So it's been another educational month. Those insights led to:
I know, weird flex, but we're really happy with those results. Now let's see how we can make ourselves uncomfortable again.
P.S. Needless to say, we're currently taking on jobs for Minimum. Know anyone building a digital product? we can help break it down. It's the least we can do ;)
As an entrepreneur, you want to make sure you're testing your assumptions constantly and keep your mind open to all possible outcomes. You basically want to assume you're wrong about a lot of things and fix those down the road. When interviewing users, you want to be completely open to the possibility that they would like to see something different.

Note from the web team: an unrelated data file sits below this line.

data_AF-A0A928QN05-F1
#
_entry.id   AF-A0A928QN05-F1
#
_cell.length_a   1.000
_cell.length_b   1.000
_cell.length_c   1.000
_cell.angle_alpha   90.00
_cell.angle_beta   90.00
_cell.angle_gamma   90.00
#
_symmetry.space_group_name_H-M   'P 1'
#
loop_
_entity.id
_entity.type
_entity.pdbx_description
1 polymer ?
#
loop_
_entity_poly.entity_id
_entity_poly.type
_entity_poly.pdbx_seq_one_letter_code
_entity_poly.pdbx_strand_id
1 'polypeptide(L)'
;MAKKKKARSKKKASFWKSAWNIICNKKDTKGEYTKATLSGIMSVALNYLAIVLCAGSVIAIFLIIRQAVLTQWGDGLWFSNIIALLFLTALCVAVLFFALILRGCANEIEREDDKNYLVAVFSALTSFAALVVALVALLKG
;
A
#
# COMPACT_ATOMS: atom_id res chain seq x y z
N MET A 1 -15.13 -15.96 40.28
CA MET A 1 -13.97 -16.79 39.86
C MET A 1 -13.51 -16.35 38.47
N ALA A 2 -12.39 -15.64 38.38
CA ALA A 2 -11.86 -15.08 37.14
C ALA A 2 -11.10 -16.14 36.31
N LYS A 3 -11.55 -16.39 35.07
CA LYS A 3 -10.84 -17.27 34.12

When you're staring at a blank canvas to design something, that mindset doesn't really help. If you question every step you take, you don't get into a creative flow. You simply need to make assumptions here and there to get anything done and you need to feel good about what you're making to get to the better ideas.
When bootstrapping, you're both the entrepreneur and the designer. One half of you should question everything you make and validate it with real users, but the other one should be coming up with creative solutions and producing good work. I found it hard to balance this, until I stumbled upon some variant of "Design like you're right, experiment like you're wrong " in a blog.
Since then it's been an easy decision: whenever we start designing, we simply assume we're 100% right and think of great ways to solve problems. That brings out the most confidence and gets the crazy ideas going. Afterwards, we set up experiments that assume we're 100% wrong to see if people see the value. We don't mix them and it makes both approaches much more satisfying.